The third monologue offers a young, restless Pakistani-Brit from Bradford, where Asif grew up. At an Apple store, he considers joining ISIS, since their members use iPhones to record themselves and their abhorrent acts as tributes to power and glory.

Surprise: Each piece is suffused with humor. These Muslim characters are funny. And human.

Something different happens in monologue number four. Asif plays Isaac Levy, a New York Jew whose father is a big supporter of AIPAC and defender of Israel. He’s totally believable. The passionate Isaac follows his father’s position until he meets a leftwing Jewish woman named Sarah. Sex brings them together. The Israel-Palestinian issue rips them apart.

Isaac wants Sarah and his family to discuss the situation rationally. I suspect he sees a middle ground between the views of his father and Sarah. But in the end, Isaac feels he must choose between them. His last line encompasses the conundrum faced by many—probably most—Jewish-American families regarding discussion of Israel: “It’s gonna get ugly.”

Does it have to? Recently, Israeli Education Minister Naftali Bennett (I spent Passover week with him at Masada) and leader of the rightwing HaBayit HaYehudi (Jewish Home) party, addressed the Israel Awards ceremony. (Leftwing novelist David Grossman won the literature prize for A Horse Walks into a Bar.) Among Naftali’s comments: “We are a nation of ideas and we are a nation of debates… We argue in loud voices, and in the middle of the argument we find the breakthrough moment…” Of great importance, he also stated, “…if I had a button which I could push and make all Israelis share my exact opinion, I would not push that button.”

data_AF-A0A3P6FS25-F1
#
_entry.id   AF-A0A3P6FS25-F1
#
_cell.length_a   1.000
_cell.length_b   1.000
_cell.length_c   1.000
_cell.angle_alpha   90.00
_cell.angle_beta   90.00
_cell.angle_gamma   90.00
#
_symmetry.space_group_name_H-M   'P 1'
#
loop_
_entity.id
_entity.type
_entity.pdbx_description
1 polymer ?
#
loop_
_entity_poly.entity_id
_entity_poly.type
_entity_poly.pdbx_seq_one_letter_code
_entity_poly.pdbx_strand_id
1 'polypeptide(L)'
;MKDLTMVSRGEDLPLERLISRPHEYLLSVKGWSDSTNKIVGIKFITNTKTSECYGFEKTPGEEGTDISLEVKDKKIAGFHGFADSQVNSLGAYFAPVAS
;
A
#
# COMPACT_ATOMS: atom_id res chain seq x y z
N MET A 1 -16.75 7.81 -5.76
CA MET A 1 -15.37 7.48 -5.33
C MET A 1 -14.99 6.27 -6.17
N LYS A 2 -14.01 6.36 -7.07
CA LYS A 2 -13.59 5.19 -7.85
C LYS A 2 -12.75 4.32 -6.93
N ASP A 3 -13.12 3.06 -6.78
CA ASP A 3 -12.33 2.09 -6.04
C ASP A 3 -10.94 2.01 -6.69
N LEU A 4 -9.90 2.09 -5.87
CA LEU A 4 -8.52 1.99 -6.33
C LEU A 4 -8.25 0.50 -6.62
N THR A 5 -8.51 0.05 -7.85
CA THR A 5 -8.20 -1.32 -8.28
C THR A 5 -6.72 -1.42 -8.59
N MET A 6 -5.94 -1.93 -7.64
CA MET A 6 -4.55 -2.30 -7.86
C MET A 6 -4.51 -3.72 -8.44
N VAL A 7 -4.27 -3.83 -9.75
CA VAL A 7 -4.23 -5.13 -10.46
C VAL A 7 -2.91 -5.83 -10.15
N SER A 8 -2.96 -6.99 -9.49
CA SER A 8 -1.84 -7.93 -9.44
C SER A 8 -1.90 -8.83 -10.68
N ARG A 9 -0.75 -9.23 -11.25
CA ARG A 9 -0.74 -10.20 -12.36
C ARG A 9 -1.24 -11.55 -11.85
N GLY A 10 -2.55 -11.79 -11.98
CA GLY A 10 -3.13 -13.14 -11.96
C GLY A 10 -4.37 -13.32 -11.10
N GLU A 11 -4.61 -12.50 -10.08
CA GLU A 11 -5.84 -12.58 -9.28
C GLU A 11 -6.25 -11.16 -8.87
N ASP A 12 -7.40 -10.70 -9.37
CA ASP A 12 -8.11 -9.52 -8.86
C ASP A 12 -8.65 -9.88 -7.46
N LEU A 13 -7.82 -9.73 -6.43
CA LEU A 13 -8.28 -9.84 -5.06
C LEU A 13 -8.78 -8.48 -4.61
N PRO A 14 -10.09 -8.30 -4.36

Will Asif win out over Idris? They’re both terrific actors. In the end—I’m rooting for Asif—it won’t matter. Award contests don’t disturb the peace. Two peoples claiming the same land does. We know. It’s been ugly for years. I fear it’s going to get uglier. At the very least, as Love, Bombs & Apples prods us, we can start listening to each other.

Love, Bombs & Apples plays at Potrero Stage, 1695 18th Street, San Francisco, today through Sunday and again from April 26 through May 6. Information and tickets: goldenthread.org.

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ISRAEL ON MY MIND, PART TWO